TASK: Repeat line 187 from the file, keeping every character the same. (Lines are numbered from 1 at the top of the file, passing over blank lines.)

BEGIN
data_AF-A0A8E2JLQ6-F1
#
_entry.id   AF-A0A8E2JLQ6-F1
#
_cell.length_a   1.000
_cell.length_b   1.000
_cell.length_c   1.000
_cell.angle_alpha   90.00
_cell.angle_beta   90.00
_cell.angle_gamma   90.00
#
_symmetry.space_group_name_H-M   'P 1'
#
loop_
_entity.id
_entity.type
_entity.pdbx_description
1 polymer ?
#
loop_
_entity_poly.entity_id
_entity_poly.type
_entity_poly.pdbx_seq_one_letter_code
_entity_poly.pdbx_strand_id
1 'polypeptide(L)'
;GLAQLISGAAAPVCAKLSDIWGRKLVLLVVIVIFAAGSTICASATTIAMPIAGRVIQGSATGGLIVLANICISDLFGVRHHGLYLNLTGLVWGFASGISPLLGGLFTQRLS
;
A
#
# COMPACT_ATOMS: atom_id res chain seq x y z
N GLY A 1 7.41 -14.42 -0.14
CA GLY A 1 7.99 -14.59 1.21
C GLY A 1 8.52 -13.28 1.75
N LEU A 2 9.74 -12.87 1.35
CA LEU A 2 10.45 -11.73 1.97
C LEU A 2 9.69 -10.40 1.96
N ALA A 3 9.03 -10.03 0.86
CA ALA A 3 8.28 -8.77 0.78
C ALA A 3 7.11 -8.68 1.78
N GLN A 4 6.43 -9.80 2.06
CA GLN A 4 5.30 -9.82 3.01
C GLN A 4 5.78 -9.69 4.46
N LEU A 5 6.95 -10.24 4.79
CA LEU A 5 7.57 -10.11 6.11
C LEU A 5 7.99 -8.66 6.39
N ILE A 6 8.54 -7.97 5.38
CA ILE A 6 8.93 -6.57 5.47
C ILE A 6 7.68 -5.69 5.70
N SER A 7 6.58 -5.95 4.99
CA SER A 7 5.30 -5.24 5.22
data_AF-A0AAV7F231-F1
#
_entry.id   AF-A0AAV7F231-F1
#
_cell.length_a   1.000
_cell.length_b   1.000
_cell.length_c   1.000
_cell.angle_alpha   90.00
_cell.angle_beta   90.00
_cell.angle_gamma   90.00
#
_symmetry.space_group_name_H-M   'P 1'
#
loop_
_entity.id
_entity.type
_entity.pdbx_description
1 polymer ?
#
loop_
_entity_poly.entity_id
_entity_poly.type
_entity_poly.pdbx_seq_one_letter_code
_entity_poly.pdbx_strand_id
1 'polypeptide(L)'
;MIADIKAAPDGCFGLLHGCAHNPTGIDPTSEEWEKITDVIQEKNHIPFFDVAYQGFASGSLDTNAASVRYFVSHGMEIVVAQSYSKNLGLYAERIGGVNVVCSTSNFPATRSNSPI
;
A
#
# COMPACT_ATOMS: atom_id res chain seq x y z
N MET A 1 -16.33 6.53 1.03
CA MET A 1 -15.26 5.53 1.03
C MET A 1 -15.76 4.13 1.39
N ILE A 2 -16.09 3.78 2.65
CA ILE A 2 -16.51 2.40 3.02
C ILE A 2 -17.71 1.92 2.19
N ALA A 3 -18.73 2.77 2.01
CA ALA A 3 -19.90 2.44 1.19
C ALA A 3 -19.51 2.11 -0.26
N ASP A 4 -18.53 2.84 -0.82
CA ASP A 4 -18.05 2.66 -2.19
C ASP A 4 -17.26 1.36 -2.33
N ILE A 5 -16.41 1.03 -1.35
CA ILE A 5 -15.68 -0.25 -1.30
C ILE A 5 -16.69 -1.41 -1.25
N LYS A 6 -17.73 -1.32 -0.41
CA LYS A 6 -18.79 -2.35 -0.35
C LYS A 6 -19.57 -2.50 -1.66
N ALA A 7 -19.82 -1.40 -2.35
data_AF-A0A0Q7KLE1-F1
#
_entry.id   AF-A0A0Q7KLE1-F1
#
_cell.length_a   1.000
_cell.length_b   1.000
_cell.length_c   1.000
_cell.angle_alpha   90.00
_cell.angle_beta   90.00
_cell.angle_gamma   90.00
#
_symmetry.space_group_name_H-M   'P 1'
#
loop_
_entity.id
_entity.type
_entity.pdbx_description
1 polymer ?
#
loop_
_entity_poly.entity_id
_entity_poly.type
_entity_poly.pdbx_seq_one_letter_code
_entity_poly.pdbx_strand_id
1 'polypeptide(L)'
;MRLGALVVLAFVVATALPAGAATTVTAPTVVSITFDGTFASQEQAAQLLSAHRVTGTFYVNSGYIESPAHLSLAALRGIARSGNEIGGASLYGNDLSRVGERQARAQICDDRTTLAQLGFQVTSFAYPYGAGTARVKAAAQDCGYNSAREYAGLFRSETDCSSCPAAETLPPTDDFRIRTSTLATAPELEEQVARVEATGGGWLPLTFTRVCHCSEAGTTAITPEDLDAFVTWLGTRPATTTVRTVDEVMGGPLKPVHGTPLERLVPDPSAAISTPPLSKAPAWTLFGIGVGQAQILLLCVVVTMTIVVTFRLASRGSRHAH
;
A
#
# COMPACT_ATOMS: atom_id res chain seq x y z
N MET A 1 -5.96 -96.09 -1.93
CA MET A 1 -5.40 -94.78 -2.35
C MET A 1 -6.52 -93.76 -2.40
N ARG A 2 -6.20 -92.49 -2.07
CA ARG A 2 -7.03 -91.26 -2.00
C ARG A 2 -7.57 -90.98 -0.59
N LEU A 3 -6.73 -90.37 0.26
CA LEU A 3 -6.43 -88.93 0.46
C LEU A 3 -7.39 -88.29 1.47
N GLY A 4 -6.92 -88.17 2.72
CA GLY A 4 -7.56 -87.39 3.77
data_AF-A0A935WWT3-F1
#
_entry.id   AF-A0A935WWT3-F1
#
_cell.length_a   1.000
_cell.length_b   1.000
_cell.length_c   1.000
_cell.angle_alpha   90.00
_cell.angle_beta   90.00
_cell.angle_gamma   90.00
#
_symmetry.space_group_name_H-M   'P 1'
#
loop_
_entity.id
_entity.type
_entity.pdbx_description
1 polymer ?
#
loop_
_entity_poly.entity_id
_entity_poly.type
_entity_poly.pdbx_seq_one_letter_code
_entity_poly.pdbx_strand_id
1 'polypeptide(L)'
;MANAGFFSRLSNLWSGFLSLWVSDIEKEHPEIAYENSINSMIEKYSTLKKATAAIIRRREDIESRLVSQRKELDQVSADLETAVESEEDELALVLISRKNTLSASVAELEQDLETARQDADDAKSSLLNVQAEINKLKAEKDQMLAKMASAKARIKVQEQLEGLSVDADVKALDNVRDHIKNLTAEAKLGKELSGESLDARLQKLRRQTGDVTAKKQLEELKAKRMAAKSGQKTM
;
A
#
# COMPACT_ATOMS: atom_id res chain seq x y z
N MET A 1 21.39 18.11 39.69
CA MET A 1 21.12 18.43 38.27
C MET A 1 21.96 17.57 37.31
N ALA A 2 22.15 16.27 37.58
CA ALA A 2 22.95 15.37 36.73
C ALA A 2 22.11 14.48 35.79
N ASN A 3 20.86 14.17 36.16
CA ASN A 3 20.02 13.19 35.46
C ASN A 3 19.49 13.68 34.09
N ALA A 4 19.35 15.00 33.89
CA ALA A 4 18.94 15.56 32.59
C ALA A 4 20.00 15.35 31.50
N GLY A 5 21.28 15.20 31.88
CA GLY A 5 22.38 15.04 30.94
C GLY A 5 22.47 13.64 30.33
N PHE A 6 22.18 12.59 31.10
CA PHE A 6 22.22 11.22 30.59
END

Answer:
CA PHE A 6 22.22 11.22 30.59